To safeguard our employees and visitors, the NHPC office itself is closed and staff are working remotely. See our COVID-19 Q & A for pandemic-specific information.
Massage therapy is the leading complementary therapy used by Canadians, with the Fraser Institute reporting that 44% of people had treatments in 2016. Extensive research shows that the benefits of massage therapy include reduced stress, anxiety, and chronic pain.
Many people use massage therapy as part of their ongoing health and wellness routine. It can be used proactively to prevent illness, help manage mental health issues, and as treatment for chronic pain or an injury.
Many people with physical disabilities actively use massage to promote circulation, increase range of motion, improve flexibility, and manage discomfort. However, for people with developmental disabilities, the positive effects of massage therapy are often overlooked.
Developmental disabilities begin in the development stage of a person's life and are often detected at a very young age, at birth, or even in utero.
The US Department of Health and Human Services defines developmental disabilities as "a group of conditions due to an impairment in physical, learning, language, or behaviour areas." The conditions usually last throughout a person's life.
Some common conditions that fall under the umbrella of developmental disabilities are autism, cerebral palsy, Down syndrome, and fetal alcohol syndrome.
Christina Lloyd is a massage therapist in Saskatchewan. She also works as a support worker in a group home that advocates for people with developmental disabilities.
As a massage therapist, Christina's main focus is to help her clients feel better by improving their sense of well-being. She noticed some barriers between her clients in the group homes and access to complementary therapies such as massage.
"It is sometimes difficult to connect a person with a developmental disability to the right therapist for them," says Christina. She explains that in order for a treatment to be successful, the therapist must be mindful of the unique challenges that the client has, and that building trust is of elevated importance.
Christina also notes that as the therapist, you must always be receptive to both verbal and non-verbal communication, especially with those experiencing communication barriers.
"It is no different than working with someone who was in a car accident or who has mobility issues," Christina says.
"As professionals we must adapt our treatments to be most beneficial to our clients. When working with people with developmental disabilities, it means we must adapt our approach to also include cognitive or behavioural conditions."
Christina has an advantage in this situation: the clients who live in the group homes are comfortable with her. The relationships she has built help her clients relax during their treatments, and that is when the healing takes place.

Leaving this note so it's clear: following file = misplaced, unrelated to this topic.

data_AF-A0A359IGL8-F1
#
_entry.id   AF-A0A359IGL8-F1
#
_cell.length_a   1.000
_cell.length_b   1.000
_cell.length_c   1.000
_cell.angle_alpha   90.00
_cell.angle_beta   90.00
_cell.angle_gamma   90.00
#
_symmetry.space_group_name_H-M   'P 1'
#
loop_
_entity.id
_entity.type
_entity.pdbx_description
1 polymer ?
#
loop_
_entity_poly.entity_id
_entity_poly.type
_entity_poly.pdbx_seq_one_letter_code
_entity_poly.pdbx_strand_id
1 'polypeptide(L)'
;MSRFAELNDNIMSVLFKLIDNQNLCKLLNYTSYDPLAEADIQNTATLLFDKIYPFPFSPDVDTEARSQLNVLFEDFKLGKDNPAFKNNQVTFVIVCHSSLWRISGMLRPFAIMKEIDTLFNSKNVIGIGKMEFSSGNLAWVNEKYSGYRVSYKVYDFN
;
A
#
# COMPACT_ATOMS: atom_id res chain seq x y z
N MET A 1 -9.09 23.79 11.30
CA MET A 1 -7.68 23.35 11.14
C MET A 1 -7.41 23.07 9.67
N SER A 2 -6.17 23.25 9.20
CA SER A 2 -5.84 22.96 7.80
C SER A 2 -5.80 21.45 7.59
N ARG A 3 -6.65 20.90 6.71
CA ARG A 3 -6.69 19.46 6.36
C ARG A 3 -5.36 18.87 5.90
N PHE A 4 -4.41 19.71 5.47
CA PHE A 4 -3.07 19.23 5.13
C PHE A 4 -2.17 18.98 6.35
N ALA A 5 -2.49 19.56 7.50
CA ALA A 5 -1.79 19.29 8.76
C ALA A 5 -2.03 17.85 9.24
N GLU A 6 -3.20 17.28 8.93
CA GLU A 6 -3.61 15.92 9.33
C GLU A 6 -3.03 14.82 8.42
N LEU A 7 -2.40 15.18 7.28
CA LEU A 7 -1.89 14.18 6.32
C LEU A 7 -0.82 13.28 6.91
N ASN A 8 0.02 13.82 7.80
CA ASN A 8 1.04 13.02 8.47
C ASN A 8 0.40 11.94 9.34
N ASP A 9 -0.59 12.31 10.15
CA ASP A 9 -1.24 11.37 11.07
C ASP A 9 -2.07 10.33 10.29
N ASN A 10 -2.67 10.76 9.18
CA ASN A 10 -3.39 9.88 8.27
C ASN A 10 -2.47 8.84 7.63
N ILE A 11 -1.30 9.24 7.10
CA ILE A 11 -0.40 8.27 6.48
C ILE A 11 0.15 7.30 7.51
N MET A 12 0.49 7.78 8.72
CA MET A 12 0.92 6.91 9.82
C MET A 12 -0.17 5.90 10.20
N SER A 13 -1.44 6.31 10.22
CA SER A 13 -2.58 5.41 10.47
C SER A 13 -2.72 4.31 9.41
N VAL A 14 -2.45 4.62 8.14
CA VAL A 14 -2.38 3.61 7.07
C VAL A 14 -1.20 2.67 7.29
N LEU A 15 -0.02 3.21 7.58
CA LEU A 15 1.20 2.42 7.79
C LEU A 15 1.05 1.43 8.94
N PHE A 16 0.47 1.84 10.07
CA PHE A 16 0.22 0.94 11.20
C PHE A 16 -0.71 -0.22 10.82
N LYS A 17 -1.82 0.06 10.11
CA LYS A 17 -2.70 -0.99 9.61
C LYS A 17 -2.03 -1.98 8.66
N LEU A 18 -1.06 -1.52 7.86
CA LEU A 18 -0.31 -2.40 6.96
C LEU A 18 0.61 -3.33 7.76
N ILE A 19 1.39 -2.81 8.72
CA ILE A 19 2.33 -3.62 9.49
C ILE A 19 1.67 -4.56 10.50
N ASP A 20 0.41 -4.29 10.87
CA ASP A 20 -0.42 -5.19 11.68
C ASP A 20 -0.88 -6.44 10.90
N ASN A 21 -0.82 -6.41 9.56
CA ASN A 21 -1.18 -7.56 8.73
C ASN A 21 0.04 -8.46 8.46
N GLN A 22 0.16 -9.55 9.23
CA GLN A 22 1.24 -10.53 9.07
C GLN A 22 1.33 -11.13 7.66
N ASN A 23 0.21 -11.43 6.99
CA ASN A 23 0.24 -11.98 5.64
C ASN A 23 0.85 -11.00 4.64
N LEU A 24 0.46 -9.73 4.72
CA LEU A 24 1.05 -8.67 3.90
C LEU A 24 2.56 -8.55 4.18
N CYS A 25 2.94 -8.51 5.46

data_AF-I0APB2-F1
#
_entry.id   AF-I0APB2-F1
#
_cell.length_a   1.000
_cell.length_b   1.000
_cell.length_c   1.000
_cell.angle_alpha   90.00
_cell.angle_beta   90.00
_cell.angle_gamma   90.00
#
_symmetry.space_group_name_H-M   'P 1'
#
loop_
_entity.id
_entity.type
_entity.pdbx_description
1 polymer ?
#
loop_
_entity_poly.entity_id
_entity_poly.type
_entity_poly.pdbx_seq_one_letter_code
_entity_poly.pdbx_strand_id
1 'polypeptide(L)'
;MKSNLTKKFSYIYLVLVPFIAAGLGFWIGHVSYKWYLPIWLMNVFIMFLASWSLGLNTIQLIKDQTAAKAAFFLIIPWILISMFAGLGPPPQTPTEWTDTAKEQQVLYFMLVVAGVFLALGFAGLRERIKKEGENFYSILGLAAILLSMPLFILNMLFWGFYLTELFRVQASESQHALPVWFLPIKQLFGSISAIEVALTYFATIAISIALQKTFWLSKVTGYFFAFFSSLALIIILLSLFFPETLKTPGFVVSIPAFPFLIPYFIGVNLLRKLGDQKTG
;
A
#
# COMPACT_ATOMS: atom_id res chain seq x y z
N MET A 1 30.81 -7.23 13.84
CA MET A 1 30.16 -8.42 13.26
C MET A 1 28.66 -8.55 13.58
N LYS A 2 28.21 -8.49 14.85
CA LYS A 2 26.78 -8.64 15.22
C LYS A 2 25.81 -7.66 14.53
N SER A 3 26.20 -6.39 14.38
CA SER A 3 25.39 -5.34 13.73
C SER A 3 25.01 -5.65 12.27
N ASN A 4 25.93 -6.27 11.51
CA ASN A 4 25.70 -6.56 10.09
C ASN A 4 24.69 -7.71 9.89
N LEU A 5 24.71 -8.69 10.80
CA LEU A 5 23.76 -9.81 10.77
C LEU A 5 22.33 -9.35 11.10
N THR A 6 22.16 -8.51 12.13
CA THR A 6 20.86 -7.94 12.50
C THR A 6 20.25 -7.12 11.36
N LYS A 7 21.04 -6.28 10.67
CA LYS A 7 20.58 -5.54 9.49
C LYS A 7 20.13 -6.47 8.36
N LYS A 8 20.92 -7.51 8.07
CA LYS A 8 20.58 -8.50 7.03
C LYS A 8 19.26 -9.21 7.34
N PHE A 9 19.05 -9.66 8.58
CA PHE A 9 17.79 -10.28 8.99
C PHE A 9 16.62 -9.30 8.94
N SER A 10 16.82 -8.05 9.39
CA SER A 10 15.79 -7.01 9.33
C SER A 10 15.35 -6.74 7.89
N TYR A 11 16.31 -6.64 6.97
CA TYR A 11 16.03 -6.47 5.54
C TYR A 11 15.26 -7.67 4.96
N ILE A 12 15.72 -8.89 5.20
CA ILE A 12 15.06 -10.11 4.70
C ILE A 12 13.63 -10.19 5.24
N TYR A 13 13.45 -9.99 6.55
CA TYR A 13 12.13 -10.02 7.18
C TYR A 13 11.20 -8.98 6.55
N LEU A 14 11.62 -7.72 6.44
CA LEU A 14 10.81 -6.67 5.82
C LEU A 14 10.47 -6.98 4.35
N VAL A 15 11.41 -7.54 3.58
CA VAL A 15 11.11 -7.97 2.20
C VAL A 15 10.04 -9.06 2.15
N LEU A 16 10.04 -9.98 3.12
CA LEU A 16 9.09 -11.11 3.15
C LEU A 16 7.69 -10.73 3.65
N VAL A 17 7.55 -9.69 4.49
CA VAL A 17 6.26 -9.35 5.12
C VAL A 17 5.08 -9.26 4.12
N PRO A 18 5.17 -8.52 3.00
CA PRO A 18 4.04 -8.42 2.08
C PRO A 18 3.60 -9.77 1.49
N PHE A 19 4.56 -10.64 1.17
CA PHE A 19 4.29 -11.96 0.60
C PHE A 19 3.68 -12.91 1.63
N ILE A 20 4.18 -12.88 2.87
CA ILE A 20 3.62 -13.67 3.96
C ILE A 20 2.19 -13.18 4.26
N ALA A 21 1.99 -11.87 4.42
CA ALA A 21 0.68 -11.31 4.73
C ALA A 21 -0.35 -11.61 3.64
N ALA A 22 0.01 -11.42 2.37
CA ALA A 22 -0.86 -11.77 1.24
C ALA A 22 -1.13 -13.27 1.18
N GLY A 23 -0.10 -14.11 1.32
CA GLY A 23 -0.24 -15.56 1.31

"I provide treatments where and how my clients feel most at ease," Christina explains. "That can mean they choose to be in their bed or a chair, receive a shorter treatment, talk throughout the treatment, remain fully clothed, or have another support person present."
Staff members report that after a massage therapy session, the clients are more relaxed, sleep better, and have fewer behaviour difficulties.
Research supports the observations of the staff working in the group homes where Christina provides treatments.
The Institute for Integrative Health Care reports that people with developmental disabilities struggle with social interactions and can suffer from anxiety and depression. It cites that massage therapy has been proven to reduce stress, and can therefore help to reduce behavioural issues.
A study on how the behaviour of children with autism improves after massage therapy reports that massage therapy can improve sleep, improve social interactions, and reduce stereotypic behaviour in people with autism.
Another research article detailing how massage therapy benefits children with Down syndrome suggests that when included in an early intervention program, massage can improve motor functioning and increase muscle tone in children with Down syndrome.
There is much research supporting the benefits of massage therapy on both the physical and mental self. For people with developmental disabilities, those benefits are dependent on a trusting, comfortable, and sensitive client-therapist relationship.
Talk to your healthcare provider for more informaiton about the benefits of complementary therapies for people with developmental disabilities.
Find a massage therapist or other holistic health practitioner in your area using the Health Provider Directory.